ViewRay initiates clinical trial of MRIdian system for pancreatic cancer

27 September 2017 (Last Updated October 23rd, 2017 12:32)

US-based ViewRay has initiated a clinical trial to evaluate its MRIdian system to treat patients with locally advanced unresectable pancreatic cancer.

ViewRay initiates clinical trial of MRIdian system for pancreatic cancer

US-based ViewRay has initiated a clinical trial to evaluate its MRIdian system to treat patients with locally advanced unresectable pancreatic cancer.

MRIdian is a MRI-guided radiation therapy system being developed to identify, target and track the position and shape of soft-tissue tumours during radiation.

Cleared by the US Food and Drug Administration (FDA), the system combines MRI technology and radiation delivery with the firm’s software.

The multi-centre, prospective and single-arm trial is the first study launched by the firm’s Clinical Cooperative Think Tank (C2T2) group that includes MRIdian clinical users.

C2T2 has been established to collect data for the validation of MR-guided radiation therapy and to pursue new approaches to improving survival and quality of life for pancreatic cancer patients.

The combination of live MR guidance and daily online treatment adaptation is expected to provide a new opportunity to treat cancer.

"According to the results, the combination of MR image-guided stereotactic dosing regimens and daily online adaptation demonstrated prolonged survival and low toxicity."

C2T2 has reported positive results from a trial performed in 42 patients with locally advanced pancreatic cancer at US Universities, including Washington University, University of California, Los Angeles (UCLA), University of Wisconsin, and VU University Medical Center (VUmc).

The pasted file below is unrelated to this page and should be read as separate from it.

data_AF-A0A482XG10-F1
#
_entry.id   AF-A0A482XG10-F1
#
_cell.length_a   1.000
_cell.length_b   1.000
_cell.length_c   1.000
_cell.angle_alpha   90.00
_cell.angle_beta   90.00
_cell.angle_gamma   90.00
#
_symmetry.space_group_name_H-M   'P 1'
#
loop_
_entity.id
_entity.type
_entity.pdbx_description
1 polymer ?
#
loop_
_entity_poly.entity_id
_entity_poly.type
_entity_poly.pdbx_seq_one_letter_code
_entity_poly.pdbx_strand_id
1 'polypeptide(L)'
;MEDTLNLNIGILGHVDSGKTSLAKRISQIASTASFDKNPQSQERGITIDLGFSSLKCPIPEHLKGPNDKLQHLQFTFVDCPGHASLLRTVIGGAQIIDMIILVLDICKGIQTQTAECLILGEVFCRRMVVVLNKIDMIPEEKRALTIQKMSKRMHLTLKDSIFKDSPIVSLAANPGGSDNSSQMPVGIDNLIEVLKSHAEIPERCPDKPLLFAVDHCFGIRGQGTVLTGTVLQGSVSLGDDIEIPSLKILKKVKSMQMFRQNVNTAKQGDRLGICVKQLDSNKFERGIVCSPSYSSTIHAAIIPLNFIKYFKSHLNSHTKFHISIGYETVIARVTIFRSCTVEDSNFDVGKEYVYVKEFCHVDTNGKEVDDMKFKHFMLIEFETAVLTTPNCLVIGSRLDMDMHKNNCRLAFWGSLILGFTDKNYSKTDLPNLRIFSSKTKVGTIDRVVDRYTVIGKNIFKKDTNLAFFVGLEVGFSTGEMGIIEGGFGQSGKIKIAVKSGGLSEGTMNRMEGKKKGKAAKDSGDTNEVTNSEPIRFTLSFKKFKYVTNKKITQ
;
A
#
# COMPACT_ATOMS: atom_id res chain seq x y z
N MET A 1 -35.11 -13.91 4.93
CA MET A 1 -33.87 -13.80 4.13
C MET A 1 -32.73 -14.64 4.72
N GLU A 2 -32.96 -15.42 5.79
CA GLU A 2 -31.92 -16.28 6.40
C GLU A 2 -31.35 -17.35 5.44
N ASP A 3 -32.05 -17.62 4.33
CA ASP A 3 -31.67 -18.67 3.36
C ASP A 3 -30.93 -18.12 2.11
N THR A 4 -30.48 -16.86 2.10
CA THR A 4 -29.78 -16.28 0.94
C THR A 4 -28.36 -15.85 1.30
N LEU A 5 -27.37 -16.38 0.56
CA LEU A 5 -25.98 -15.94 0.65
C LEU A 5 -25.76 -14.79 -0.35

According to the results, the combination of MR image-guided stereotactic dosing regimens and daily online adaptation demonstrated prolonged survival and low toxicity.

Trial’s lead investigator Parag Parikh said: “Based on compelling early evidence on the use of MRIdian to treat locally advanced pancreatic cancer, we are eager to further explore the system’s capabilities and associated toxicity, local control, and patient outcomes.

“We believe MRIdian’s excellent real-time visualisation of organs at risk within the abdomen and its daily treatment adaptation will allow us to deliver higher, more effective doses to the target while minimising impact on the normal surrounding tissue.”


Image: MRIdian radiation therapy system. Photo: courtesy of ViewRay.